“A.C. Smith throws himself at Troy like a man so seared with pain, and so consumed with keeping his shaking, bitter corpse together, he has little time or ability for grand pronouncements. It’s a searing piece of acting … Parson’s revival … does the play and its creator proud.” -Chicago Tribune
“…longtime Chicago actor A.C. Smith smacks it out of the park in this Court Theatre revival, beautifully directed by Ron OJ Parson. The play is often compared to Arthur Miller’s Death of a Salesman, but Smith’s Troy is no broken-down Willy Loman; instead he’s a man who fights so hard for respect that he risks losing his wife and son.” -Reader
“…Smith, delivering a virtuoso performance in Court Theatre’s powerful revival of the Pulitzer Prize-winning play by August Wilson … stands alone onstage illuminated by a single spotlight, disappointment, anger and resentment playing across the face of the former Negro League baseball star.” -Daily Herald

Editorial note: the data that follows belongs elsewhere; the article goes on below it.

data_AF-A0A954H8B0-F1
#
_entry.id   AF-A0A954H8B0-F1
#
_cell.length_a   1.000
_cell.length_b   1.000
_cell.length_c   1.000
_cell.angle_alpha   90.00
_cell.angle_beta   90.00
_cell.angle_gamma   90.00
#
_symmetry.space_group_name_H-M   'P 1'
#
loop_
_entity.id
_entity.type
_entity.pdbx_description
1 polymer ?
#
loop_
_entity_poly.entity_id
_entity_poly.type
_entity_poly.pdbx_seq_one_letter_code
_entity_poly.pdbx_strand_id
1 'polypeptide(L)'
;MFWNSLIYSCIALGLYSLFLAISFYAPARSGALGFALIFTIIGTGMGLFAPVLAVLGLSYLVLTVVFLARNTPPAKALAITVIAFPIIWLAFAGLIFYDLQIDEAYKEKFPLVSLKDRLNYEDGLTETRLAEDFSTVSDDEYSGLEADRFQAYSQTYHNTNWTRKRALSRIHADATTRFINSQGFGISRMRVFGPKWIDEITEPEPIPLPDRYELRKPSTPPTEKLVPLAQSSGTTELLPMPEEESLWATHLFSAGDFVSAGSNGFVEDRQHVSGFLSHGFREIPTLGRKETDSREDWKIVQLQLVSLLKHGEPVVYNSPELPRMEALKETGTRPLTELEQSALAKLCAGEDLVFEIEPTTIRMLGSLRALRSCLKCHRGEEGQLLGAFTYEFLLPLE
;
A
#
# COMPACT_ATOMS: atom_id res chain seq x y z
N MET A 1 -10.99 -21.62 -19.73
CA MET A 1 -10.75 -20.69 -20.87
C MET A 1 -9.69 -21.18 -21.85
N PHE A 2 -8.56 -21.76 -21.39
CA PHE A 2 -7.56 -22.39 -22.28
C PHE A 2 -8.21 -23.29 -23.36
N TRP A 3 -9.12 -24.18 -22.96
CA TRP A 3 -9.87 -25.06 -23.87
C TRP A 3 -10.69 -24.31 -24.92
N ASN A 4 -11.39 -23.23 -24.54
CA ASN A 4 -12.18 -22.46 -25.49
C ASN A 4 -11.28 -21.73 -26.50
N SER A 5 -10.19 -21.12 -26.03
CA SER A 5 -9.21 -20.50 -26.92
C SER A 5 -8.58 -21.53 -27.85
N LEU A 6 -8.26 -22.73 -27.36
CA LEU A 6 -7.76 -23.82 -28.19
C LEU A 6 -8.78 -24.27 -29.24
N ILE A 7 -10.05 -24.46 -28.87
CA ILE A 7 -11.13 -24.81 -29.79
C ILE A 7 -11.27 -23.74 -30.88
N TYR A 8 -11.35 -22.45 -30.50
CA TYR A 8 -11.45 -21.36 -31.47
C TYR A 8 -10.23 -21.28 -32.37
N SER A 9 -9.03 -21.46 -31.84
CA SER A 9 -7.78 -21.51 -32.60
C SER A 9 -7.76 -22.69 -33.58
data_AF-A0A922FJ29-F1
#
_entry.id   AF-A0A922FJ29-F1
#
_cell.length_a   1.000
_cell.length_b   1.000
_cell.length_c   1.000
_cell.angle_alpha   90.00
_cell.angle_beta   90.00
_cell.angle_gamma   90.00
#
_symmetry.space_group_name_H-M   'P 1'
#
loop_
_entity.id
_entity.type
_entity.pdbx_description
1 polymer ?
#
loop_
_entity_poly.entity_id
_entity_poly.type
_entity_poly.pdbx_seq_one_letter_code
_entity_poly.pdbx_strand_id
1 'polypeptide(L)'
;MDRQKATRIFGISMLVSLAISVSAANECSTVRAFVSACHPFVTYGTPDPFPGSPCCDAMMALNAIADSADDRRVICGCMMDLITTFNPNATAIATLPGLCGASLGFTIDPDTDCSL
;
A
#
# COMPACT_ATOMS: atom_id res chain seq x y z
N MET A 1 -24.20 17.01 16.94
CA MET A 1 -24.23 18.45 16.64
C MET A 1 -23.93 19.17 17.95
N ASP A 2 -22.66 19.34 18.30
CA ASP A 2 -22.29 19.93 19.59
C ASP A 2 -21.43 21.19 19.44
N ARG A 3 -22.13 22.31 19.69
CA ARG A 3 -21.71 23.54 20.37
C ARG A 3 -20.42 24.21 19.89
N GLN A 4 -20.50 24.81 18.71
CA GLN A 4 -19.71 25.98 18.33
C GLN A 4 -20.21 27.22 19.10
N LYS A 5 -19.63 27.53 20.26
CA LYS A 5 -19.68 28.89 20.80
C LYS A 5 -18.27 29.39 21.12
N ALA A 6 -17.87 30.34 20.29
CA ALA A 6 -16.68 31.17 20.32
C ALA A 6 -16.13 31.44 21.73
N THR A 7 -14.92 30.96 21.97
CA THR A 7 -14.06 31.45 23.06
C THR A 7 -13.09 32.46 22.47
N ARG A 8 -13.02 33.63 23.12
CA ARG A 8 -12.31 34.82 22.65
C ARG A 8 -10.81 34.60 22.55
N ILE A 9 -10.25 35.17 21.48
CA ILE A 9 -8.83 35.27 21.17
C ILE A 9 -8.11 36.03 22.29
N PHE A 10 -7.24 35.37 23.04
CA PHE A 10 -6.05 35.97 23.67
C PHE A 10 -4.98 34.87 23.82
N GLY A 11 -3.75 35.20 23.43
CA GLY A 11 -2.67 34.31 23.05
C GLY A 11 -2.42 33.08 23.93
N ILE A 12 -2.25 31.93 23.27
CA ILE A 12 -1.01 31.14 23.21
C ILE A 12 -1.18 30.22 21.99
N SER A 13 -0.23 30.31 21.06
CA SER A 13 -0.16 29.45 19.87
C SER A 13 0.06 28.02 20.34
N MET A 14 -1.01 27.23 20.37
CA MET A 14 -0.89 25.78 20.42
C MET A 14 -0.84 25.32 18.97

A modern classic by one of America’s finest contemporary playwrights, this play is part of Wilson’s majestic cycle of plays chronicling the African American experience in the 20th century. Fences centers around Troy Maxson, a former star of the Negro Baseball Leagues but now an embittered and resentful garbage collector, who is coming to terms with his own lost dreams while struggling to hold onto pride and keep his family together. He spends the better part of the play building a picket fence around his yard, at his wife’s request–one of those household projects that never seems to end–but the hero of Fences has faced far more daunting barriers in his lifetime. Fences explores boundaries, both actual and figurative within society, personal relationships and ourselves.
Photo of Jacqueline Williams, A.C. Smith, and John Steven Crowley by Michael Brosilow.